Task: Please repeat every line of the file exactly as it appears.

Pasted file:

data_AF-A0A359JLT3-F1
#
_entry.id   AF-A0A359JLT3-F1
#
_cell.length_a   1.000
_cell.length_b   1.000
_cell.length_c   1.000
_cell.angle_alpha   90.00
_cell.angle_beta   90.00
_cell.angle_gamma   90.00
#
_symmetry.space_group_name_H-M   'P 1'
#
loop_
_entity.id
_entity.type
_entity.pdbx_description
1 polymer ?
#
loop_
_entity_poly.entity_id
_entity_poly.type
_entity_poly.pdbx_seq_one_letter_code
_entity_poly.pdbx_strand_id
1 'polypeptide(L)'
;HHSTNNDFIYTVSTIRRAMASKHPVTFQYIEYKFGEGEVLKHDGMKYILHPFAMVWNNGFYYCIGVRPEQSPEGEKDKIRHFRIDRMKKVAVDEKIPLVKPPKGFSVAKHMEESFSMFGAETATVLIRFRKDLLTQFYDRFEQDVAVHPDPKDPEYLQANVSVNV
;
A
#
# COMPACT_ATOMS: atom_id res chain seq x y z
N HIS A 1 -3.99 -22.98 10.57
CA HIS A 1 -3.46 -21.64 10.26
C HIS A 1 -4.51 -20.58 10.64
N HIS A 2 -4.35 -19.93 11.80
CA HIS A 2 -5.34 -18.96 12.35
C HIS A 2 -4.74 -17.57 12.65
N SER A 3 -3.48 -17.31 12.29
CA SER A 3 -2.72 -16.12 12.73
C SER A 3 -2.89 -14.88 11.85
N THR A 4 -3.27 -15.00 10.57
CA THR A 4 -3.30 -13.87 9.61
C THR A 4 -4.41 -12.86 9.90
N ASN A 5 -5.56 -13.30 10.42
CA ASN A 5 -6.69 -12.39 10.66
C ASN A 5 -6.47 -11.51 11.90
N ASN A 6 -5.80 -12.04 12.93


data_AF-A0A359JLT3-F1
#
_entry.id   AF-A0A359JLT3-F1
#
_cell.length_a   1.000
_cell.length_b   1.000
_cell.length_c   1.000
_cell.angle_alpha   90.00
_cell.angle_beta   90.00
_cell.angle_gamma   90.00
#
_symmetry.space_group_name_H-M   'P 1'
#
loop_
_entity.id
_entity.type
_entity.pdbx_description
1 polymer ?
#
loop_
_entity_poly.entity_id
_entity_poly.type
_entity_poly.pdbx_seq_one_letter_code
_entity_poly.pdbx_strand_id
1 'polypeptide(L)'
;HHSTNNDFIYTVSTIRRAMASKHPVTFQYIEYKFGEGEVLKHDGMKYILHPFAMVWNNGFYYCIGVRPEQSPEGEKDKIRHFRIDRMKKVAVDEKIPLVKPPKGFSVAKHMEESFSMFGAETATVLIRFRKDLLTQFYDRFEQDVAVHPDPKDPEYLQANVSVNV
;
A
#
# COMPACT_ATOMS: atom_id res chain seq x y z
N HIS A 1 -3.99 -22.98 10.57
CA HIS A 1 -3.46 -21.64 10.26
C HIS A 1 -4.51 -20.58 10.64
N HIS A 2 -4.35 -19.93 11.80
CA HIS A 2 -5.34 -18.96 12.35
C HIS A 2 -4.74 -17.57 12.65
N SER A 3 -3.48 -17.31 12.29
CA SER A 3 -2.72 -16.12 12.73
C SER A 3 -2.89 -14.88 11.85
N THR A 4 -3.27 -15.00 10.57
CA THR A 4 -3.30 -13.87 9.61
C THR A 4 -4.41 -12.86 9.90
N ASN A 5 -5.56 -13.30 10.42
CA ASN A 5 -6.69 -12.39 10.66
C ASN A 5 -6.47 -11.51 11.90
N ASN A 6 -5.80 -12.04 12.93